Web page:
The visions of chapters 5 and 6 regard the containment of sin and the distribution of God’s government throughout the earth. Joshua is crowned priest-king who shall build the temple of the LORD and shall bear royal honor, and shall sit and rule on his throne. If it helps, try to avoid the temptation to plumb the depths of meaning of each symbol, and instead attend to the broader implications that Zechariah is witnessing.
In chapters 7 and 8 the LORD answers a question of the people of Bethel: “Should we weep and abstain in the fifth month as [we] have done for so many years?” The LORD’s initial response is another question: “Was it for Me you fasted? And when you eat and when you drink, do you not eat for yourselves and drink for yourselves?” He reminds them of what He commanded Isaiah 200 years ago, that what He demands is that His people “Render true judgments, show kindness and mercy to one another…”
This goes deeper in the next chapter, when the LORD presents a picture of what Jerusalem could look like, an image that is more peace-filled than we have seen. Listen to the variety of details that denote tranquility – from the way people will sow and reap peace, to the varieties of security that will exist, to the calm and safety of the streets themselves. No longer will Jerusalem be a byword of cursing among the nations, for “Thus says the LORD of hosts: In those days ten men from the nations of every tongue shall take hold of the robe of a Jew, saying, 'Let us go with you, for we have heard that God is with you.'"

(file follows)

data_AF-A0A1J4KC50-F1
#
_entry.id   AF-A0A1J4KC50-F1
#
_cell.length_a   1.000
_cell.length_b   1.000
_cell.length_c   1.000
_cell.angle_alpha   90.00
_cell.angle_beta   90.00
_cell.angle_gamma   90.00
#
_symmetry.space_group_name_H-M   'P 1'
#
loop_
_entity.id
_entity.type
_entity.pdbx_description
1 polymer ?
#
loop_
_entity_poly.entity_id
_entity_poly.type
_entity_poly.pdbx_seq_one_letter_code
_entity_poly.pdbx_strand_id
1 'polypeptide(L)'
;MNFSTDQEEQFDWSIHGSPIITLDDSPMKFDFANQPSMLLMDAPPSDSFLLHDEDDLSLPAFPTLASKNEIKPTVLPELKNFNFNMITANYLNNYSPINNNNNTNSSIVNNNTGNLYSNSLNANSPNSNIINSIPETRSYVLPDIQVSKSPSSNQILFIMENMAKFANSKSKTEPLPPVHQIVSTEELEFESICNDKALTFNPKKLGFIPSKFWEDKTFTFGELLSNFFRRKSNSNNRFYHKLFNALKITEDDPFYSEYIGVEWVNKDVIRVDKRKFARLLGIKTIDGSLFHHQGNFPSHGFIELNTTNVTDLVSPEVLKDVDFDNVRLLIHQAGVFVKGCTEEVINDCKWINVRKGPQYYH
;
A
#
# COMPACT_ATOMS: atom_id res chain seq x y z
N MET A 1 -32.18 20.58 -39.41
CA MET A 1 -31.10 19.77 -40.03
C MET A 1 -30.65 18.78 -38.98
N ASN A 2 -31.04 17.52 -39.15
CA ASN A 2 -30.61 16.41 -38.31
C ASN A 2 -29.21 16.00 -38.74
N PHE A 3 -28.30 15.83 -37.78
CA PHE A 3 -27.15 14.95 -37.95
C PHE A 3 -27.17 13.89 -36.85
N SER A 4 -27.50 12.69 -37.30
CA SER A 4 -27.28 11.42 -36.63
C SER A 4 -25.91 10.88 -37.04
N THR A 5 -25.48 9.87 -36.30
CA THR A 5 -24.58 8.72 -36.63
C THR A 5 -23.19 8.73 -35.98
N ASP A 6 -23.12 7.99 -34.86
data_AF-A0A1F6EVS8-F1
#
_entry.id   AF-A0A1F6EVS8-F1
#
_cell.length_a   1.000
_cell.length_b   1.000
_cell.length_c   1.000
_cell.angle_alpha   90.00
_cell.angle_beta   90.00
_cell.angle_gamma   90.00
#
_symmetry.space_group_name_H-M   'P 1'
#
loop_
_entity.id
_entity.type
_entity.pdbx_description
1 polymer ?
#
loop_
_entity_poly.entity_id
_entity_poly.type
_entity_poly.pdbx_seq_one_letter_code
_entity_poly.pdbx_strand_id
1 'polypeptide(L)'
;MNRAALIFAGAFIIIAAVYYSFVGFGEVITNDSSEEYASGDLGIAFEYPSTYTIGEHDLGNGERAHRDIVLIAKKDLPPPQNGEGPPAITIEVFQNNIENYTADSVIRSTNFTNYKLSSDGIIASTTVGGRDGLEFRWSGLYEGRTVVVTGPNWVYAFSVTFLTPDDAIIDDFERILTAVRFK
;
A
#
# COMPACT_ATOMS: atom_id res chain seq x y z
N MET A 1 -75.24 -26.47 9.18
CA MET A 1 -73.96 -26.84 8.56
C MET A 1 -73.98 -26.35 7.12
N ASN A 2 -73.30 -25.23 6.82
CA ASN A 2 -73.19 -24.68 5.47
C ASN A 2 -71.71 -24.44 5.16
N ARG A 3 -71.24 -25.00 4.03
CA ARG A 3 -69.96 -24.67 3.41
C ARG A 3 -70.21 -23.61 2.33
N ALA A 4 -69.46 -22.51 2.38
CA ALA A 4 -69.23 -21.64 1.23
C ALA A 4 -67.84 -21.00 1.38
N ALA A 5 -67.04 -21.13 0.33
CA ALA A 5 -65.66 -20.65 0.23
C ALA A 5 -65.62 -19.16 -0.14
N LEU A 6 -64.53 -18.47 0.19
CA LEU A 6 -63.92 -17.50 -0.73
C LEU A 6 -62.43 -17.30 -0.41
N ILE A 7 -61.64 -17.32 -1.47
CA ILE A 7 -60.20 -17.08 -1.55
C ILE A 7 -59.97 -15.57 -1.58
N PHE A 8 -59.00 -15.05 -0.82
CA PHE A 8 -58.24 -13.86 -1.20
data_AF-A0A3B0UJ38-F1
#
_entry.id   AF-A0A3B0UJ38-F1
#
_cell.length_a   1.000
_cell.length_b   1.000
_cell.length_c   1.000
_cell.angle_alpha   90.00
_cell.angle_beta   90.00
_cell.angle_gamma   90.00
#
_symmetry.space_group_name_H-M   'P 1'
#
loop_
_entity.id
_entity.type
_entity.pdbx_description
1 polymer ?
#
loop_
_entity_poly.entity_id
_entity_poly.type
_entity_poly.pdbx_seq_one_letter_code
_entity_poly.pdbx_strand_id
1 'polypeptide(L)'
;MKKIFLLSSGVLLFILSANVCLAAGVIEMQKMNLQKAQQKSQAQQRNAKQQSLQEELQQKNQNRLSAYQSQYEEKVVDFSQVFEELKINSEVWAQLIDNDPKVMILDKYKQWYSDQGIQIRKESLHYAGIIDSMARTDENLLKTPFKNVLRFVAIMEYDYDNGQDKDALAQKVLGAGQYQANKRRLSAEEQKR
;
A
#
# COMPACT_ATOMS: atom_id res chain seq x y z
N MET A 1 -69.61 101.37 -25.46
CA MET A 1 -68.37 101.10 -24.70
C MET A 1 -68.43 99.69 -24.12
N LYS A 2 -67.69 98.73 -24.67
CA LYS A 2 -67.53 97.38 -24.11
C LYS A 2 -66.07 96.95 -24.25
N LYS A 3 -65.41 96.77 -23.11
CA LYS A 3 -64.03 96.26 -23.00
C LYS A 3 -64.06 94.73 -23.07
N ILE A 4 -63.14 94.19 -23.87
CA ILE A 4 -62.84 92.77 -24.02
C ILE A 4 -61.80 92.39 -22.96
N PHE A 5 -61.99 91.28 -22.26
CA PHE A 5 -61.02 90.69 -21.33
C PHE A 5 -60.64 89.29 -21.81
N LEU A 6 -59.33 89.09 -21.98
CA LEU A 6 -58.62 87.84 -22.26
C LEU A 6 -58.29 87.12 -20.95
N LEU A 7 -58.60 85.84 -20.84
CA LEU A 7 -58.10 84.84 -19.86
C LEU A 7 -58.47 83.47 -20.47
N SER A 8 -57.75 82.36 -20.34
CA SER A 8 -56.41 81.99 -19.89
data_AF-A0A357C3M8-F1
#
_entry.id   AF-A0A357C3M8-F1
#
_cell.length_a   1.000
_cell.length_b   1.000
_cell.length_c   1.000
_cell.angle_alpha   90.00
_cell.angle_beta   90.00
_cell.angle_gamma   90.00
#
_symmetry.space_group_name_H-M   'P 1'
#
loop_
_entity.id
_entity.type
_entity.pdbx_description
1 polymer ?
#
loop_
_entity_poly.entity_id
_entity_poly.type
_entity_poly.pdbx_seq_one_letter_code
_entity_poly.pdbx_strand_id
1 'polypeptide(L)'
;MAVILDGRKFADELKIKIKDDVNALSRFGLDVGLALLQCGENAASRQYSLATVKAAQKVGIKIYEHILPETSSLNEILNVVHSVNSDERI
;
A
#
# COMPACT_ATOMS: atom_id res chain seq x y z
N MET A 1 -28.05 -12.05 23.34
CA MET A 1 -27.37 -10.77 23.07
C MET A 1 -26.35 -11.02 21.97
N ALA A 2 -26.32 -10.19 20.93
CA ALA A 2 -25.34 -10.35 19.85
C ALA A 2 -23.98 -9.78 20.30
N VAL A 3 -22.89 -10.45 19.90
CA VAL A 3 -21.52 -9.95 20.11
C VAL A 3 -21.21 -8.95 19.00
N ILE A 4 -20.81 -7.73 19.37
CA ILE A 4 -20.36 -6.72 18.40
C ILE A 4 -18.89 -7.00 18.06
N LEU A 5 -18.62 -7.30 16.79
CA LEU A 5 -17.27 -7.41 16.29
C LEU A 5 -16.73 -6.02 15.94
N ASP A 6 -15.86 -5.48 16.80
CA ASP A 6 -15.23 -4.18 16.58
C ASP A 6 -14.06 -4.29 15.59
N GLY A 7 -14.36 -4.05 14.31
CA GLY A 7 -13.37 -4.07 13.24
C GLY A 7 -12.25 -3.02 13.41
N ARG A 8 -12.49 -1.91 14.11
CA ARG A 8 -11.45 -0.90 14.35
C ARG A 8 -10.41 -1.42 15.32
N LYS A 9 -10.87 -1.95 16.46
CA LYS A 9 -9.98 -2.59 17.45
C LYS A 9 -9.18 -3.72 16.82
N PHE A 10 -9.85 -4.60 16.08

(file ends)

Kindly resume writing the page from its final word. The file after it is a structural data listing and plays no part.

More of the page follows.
Our verse for this week is Colossians 3:23: Whatever you do, work heartily, as for the Lord and not for men.
Zechariah 5 through 8. Now let’s read it!
Whatever you do, work heartily, as for the Lord and not for men,